"We think that in 2020 in the beef seedstock world, we will cross the one million mark for those that have been high density 50,000 marker tested," said Anderson. "This is good news for commercial cow-calf producers because they can buy bulls with more accurate genomic enhanced EPDs."
Anderson said it's like the bull having a first calf crop on the ground with all the genetic data before he becomes a parent.
Anderson said commercial cow/calf producers would benefit by soon having the same genetic data once only available to the seed stock producers.
The animal geneticist added this would allow commercial producers to quickly and easily pinpoint profitable animals.
To hear my complete interview with Kent Anderson, click here:
was founded in 1932 in Oklahoma City. National's Marketing Division offers cattle for sale weekly at the Oklahoma National Stockyards in Oklahoma City. The Finance Division lends money to ranchers across several states for cattle production. The Grazing Division works with producers to place cattle for grazing on wheat or grass pastures. National also owns and operates other livestock marketing subsidiaries including Southern Oklahoma Livestock Auction in Ada, Oklahoma, OKC West Livestock Market in El Reno, Oklahoma, and the nation's premier livestock video sale, Superior Livestock Auction. National offers customers many services custom made for today's producer. To learn more, click here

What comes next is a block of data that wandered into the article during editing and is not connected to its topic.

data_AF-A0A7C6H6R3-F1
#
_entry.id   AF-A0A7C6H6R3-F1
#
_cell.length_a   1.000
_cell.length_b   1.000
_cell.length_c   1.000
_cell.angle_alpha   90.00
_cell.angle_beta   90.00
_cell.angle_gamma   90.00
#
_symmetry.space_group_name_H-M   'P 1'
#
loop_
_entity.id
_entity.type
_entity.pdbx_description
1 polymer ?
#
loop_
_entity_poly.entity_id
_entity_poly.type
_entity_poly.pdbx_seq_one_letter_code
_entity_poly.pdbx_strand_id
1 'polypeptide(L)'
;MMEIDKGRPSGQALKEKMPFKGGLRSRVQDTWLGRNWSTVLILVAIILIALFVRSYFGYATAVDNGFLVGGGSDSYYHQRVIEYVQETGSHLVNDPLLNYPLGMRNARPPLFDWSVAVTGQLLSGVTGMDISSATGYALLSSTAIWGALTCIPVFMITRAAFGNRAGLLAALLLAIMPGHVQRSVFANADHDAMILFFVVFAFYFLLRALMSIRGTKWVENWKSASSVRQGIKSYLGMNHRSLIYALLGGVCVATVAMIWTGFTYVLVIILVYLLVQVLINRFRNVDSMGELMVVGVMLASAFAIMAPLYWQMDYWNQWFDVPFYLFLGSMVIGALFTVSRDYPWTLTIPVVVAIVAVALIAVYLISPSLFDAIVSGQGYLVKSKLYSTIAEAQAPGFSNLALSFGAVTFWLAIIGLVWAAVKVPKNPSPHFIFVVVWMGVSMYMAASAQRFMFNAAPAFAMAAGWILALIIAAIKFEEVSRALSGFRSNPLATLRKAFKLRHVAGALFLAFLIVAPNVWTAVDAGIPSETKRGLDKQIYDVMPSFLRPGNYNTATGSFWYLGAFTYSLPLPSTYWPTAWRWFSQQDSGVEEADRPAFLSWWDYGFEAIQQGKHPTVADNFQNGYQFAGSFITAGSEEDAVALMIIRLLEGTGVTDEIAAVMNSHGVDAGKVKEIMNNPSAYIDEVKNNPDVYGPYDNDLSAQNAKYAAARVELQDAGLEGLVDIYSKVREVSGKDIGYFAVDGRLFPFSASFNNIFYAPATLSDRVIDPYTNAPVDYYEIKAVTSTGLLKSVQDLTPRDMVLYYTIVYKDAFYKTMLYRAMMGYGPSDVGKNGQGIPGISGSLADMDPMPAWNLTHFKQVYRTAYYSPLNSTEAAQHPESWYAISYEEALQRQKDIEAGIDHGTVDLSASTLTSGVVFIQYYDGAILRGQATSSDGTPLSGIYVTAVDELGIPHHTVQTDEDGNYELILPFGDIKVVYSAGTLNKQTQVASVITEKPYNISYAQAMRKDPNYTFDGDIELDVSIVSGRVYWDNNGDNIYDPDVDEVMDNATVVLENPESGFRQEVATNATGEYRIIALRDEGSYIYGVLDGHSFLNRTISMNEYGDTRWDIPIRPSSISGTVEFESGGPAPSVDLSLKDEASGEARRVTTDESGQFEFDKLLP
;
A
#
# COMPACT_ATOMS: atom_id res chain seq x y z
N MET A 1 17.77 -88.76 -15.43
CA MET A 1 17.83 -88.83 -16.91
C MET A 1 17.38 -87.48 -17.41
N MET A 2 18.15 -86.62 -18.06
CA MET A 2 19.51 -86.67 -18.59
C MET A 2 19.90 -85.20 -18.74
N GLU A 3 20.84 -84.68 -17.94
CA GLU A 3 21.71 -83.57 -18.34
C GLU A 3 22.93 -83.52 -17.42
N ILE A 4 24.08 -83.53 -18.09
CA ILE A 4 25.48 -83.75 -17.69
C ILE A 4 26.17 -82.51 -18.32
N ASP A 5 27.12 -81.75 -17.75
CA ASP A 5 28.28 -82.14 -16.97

for the website or call the Oklahoma City office at 1-800-310-0220.
When a wind farm or poultry farm moves into an area, often the best source for accurate information comes from the Oklahoma Association of Conservation Districts, the people charged with protecting the natural resources. That was the key message arising from a panel discussion Monday at the annual meeting of the OACD.
The panel focused on protecting private property rights when the "not In My Back Yard" movement surfaces. The panel, moderated by Trey Lam, executive director of the Oklahoma Conservation Commission, included representatives from the wind and renewable resources, oil and gas industries, and poultry processing industry.
Sam Knipp talked with Lam following the panel discussion.
Conservation districts are across the state, and they are often approached by both sides of the issue when an energy or agriculture-related business wants to build or expand in the area, Lam said.
The lack of accurate information is a significant concern, Lam said.
"With social media, people can say almost anything, and so we get a lot of misinformation," said Lam.
"We would really like for our conservation districts to tell that story of how it will impact the community, the water, and soil concerns," said Lam.
Lam said the districts could help to provide the information before it becomes too late.
To hear more from Trey Lam, click here: